The Executive Board of the International Monetary Fund (IMF) has completed the third review of Uganda’s economic performance under the programme supported by the Policy Support Instrument (PSI), an IMF statement said on Thursday.
The statement, sent to PANA in New York, said following the review, the IMF observed that real
gross domestic product (GDP) growth was lower than expected at the time of the second PSI
review in fiscal year 2013/14, reflecting under-execution of externally-financed public investment and adverse impact on exports of slower growth in main trading partners.
It stated: “Inflation dropped to 1.8 percent in October from 5.0 per cent in June 2014 owing to
a sharp decline in food prices and slower economic activity, and the international reserve
coverage increased to a high level of 4¾ months of imports.”
It noted that growth is projected to increase in fiscal year 2014/15, supported by scaled-up
public investment and a recovery in private demand as households and businesses start
accessing bank credit.
“Performance under the PSI-supported programme remains satisfactory. In particular, the end-June targets for inflation and international reserves were met, the ceiling on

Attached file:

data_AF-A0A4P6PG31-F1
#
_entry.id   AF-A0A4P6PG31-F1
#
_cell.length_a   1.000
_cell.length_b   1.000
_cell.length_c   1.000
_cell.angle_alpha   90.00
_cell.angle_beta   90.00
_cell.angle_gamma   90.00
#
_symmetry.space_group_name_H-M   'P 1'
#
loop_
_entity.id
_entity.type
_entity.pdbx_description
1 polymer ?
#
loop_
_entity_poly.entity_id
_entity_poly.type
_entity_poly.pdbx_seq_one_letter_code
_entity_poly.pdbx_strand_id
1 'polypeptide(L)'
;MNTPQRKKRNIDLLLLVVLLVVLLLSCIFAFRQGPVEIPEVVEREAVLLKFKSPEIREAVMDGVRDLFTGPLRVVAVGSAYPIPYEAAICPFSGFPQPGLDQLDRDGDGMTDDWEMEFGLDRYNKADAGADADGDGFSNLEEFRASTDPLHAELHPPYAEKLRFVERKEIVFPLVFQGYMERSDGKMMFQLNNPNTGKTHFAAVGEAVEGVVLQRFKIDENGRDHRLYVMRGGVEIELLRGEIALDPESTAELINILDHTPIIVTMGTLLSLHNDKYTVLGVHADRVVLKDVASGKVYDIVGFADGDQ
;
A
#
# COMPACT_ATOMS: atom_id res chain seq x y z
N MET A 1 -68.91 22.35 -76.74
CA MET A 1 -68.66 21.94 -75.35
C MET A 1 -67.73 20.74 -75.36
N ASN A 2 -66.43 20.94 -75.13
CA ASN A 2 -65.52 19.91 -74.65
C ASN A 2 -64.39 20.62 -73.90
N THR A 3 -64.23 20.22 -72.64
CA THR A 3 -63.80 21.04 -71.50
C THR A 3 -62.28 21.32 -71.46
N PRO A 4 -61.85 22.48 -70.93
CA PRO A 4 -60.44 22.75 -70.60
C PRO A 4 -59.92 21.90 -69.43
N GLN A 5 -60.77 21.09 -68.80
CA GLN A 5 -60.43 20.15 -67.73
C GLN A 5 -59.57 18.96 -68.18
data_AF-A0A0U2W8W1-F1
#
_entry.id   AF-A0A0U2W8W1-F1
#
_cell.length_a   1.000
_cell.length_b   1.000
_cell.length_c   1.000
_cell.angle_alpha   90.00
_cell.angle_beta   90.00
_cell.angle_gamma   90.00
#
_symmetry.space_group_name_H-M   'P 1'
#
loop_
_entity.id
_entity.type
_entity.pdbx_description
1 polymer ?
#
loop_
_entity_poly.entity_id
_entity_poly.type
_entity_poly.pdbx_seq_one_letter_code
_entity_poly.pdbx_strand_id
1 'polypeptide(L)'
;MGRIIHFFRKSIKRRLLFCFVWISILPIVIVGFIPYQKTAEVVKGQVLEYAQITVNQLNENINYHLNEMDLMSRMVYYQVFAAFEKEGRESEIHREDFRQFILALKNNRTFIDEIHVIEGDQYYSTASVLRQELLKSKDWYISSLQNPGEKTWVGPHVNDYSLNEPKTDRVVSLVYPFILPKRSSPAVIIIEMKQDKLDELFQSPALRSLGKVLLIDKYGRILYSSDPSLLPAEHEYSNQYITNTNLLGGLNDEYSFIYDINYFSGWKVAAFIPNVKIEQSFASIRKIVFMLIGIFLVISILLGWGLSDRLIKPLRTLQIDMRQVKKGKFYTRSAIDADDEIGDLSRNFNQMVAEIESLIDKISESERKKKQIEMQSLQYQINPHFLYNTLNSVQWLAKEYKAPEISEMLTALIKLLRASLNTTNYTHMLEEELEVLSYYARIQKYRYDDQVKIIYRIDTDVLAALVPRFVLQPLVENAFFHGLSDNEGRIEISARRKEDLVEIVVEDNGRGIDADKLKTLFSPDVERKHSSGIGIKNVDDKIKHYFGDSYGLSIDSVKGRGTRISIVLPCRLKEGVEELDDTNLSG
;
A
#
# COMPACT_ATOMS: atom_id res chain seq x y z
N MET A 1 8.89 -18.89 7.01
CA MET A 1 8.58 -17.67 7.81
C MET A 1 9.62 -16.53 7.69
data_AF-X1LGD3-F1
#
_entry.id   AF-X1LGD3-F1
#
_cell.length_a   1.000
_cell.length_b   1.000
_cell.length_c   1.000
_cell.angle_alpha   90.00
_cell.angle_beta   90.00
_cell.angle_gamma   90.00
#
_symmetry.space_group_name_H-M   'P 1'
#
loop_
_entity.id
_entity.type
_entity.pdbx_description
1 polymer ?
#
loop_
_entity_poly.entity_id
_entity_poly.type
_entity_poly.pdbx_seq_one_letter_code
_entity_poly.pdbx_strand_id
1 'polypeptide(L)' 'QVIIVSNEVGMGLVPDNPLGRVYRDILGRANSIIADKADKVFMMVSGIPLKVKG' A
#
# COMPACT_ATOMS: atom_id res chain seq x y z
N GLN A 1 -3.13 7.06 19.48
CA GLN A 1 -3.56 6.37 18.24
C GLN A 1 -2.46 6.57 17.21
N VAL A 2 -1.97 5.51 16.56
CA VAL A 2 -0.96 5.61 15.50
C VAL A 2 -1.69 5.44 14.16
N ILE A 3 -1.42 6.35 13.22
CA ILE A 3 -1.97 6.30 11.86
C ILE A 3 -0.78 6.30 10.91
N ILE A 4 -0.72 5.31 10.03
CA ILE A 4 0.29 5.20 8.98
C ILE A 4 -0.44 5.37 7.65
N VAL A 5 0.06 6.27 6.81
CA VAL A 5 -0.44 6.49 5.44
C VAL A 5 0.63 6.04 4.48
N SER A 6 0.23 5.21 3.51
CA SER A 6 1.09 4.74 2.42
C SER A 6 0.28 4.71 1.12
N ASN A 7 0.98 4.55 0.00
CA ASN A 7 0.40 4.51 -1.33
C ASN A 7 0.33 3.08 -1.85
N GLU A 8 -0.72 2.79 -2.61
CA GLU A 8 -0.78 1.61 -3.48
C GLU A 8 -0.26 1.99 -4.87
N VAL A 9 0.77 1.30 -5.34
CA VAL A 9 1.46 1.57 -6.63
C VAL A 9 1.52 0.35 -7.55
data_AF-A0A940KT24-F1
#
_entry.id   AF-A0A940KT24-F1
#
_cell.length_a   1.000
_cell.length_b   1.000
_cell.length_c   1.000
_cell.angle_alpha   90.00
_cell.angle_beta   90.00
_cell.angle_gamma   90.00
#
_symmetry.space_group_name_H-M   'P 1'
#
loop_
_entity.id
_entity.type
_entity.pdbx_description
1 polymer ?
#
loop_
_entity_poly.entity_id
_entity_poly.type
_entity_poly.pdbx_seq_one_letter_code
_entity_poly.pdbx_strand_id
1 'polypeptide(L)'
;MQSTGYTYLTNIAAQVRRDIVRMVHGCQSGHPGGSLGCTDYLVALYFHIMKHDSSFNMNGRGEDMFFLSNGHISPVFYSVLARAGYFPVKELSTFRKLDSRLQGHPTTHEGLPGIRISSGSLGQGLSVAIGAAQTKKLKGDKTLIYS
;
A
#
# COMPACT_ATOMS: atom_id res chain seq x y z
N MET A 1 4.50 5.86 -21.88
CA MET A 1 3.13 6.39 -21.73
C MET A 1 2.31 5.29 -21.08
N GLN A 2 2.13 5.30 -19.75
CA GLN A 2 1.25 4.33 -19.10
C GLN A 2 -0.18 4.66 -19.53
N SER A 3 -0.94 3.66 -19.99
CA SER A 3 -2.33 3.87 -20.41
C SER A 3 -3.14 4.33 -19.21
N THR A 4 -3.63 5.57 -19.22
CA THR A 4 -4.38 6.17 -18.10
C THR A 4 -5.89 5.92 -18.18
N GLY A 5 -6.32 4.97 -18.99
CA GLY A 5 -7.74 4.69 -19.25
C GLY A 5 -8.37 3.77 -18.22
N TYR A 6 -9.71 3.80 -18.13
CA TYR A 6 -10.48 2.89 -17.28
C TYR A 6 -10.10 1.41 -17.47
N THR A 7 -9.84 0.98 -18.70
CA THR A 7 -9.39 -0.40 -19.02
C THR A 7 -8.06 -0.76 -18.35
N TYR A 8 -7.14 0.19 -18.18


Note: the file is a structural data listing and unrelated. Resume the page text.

government’s net domestic financing was observed, and the stock of government arrears was significantly reduced.
“However, the indicative target on tax revenue was missed reflecting lower growth and
shortfalls in efficiency gains,” the IMF said.
It said Uganda’s infrastructure investment needs remain considerable, stating that, “the
authorities plan to boost these investments amid stepped up efforts toward regional
integration, the coming on stream of oil production, and actions to improve the business
It also said the Ugandan authorities have committed to base the revamped infrastructure
investment programme on a well-planned rollout strategy, which will include project selection on the basis of strong feasibility studies and sequencing that takes into account the impact on debt sustainability and the absorption and implementation capacities of the economy.
On the fiscal front, the IMF noted that the overall deficit excluding the recapitalization of the Bank of Uganda increased from 3.4 to 4.1 per cent of GDP in fiscal year 2013/14.
It said challenges in tax compliance resulted in lower-than-expected revenue.
However, it said that the recent elimination of many tax exemptions, if accompanied by strict enforcement by the Uganda Revenue Authority and enhanced compliance from taxpayers, would result in a welcome enhancement of tax revenues.
“Strict adherence to the approved budget and improvements in policy coordination would complement these efforts,” the statement added.
The PSI is an instrument of the IMF designed for countries that do not need balance of payments financial support.
The PSI helps countries design effective economic programmes that, once approved by the IMF’s Executive Board, signal to donors, multilateral development banks, and markets the Fund’s endorsement of a member’s policies.